There are many elements of the 2022 Community Reinvestment Act notice of proposed rule-making that could be described as “groundbreaking” but there is one element in the proposed Rule that could be better described as “earth-quaking”: the rules related to assessment areas. How these areas are delineated has implications of the highest magnitude for banks. The notice, or NPR, contains three different assessment areas for large banks each with profound CRA performance consequences.
The NPR continues the so-called “facility-based” (deposit-taking branches) assessment area concept but adds two completely new and radical types of assessment areas. Small banks and intermediate banks (with one exception) will not be subject to the new assessment areas.
Facility-based assessment areas will apply to “large banks” (those over $2 billion in assets) but with an important change – the inability to adjust assessment areas to markets a bank can “reasonably be expected to serve.” Instead, large banks would be compelled to incorporate entire counties within any facility-based assessment area.
The loss of geographic flexibility in branch-based assessment areas will have significant negative consequences for “large banks” because it will require many large banks to adopt unrealistically big assessment areas.
Look to LA for Example
A good example can be found in Los Angeles County, California. A review of the FDIC’s 2021 summary of deposits data shows there were 99 banks operating 1,634 branches in the county. Of those banks, 17 exceeded the proposed $2 billion large bank threshold but operated three or fewer branches to serve the 2,495 census tracts within the county. Not only is it impossible for those institutions to serve the entire county, they also are at a tremendous disadvantage competing with the largest banks that operate dozens of branches within LA. An unrealistic assessment area leads to unrealistic performance standards undermining the credibility of the CRA performance rating system.
Even more devastating is that “large banks” would be subject to CRA evaluation in two completely new markets, so-called “retail lending areas” and “outside retail lending areas.”
The first type of new assessment area for large banks is called “retail lending areas.” The second new type of market subject to CRA performance evaluations for large banks are “outside retail lending areas.”
Most comments from the banking community have focused on the retail lending areas. That focus is understandable because of the dramatic burden the implementation of retail lending areas would have for large banks. But the incredible complications introduced by the mandate to evaluate a bank’s lending outside the retail lending assessment areas anywhere in the country may be even more burdensome and unjustifiable. I will explain the problems inherent in the Retail Lending Areas concept and then touch upon the serious consequences of mandating examination of lending in “outside retail lending” areas.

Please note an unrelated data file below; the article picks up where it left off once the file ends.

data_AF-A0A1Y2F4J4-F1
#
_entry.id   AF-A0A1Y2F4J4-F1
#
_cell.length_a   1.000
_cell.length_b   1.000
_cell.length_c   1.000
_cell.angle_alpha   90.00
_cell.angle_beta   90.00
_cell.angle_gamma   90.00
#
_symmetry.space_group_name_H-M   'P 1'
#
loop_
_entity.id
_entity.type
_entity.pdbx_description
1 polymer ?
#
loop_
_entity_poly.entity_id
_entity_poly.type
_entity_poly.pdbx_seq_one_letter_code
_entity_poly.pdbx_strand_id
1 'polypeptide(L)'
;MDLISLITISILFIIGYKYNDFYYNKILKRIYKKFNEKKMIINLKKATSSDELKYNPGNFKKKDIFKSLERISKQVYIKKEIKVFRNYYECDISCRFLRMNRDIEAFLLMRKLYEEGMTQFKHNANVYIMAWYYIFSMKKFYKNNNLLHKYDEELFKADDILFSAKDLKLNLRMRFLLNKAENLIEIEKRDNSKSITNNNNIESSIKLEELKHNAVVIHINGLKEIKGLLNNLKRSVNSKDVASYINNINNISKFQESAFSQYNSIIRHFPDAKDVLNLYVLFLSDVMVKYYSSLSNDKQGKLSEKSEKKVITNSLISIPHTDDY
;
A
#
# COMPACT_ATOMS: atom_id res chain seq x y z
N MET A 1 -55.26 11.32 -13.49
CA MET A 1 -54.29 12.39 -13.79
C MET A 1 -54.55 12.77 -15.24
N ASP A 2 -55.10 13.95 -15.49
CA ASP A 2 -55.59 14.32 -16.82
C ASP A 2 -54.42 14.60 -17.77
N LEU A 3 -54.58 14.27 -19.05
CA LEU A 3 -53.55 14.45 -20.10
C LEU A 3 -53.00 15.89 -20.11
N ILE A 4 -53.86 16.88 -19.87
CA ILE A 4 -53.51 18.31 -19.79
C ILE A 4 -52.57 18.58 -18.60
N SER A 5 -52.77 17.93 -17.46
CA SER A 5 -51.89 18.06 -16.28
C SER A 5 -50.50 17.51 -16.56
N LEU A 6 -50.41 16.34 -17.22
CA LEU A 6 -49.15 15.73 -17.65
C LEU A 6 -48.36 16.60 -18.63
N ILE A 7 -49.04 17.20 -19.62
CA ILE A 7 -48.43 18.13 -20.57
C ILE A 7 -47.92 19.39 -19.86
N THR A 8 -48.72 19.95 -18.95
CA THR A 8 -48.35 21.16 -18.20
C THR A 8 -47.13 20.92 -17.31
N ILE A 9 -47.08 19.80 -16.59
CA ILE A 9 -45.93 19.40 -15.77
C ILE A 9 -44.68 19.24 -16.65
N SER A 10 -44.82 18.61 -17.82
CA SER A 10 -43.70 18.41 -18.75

Problematic Evaluation Areas
Retail lending areas are defined as areas, no smaller than a metropolitan statistical area, in which a bank originated at least 100 home mortgages or 250 small business loans in each of the two previous years.
Not only does this definition suffer from the serious defect of arbitrarily large assessment areas (based on MSAs) but it also mandates the evaluation a bank’s lending in communities where it has no deposit-taking branches – where performance standards will be based on competition that does have local facilities. Once again, unrealistic and unfair assessment areas lead to seriously misleading performance evaluations, undermining confidence in the accuracy and reliability of the evaluation framework.
Another serious defect in the concept of retail lending areas is the potential proliferation of assessment areas. The American Bankers Association, in testimony submitted to the House Financial Services Committee, identified at least one community bank that has three assessment areas but will be forced to be evaluated in 60 retail lending areas!
Much Effort for Little Lending
Finally, there is the concept of rating a bank’s performance in “outside retail lending areas.” This aspect of the NPR had far fewer objections from the industry than the concept of the retail lending areas. But the requirements as laid out in the NPR are incredibly complicated.
The proposed rule would require the evaluation of a large bank’s lending for any major product line anywhere in the country outside its facility-based and retail lending areas. This means a Miami-based bank that may have extended one residential mortgage in the Los Angeles MSA, 2,500 miles away, would have to include in its performance analysis that mortgage along with any other mortgages extended in any of the other 411 MSAs or 35 metro-divisions or 50 statewide non-MSA areas outside that bank’s facility-based or retail lending areas.
This means not only identifying those loans, but then comparing them to the local “tailored” calibrated benchmarks in each location (how accurate would any “conclusion” be based on a single loan in any MSA?). This could involve hundreds or thousands of comparisons and calculations to determine a performance rating at the institution level for a bank’s lending outside its retail lending areas. According to the NPR only about 10 percent of all large bank mortgages and 16 percent of small business loans are in these outside areas. No cost-benefit analysis can justify so much effort for so little lending.
The new assessment areas may precipitate many misleading ratings and undermine the credibility of CRA performance evaluations.
Len Suzio is president of CRA and HMDA compliance consultancy GeoDataVision LLC.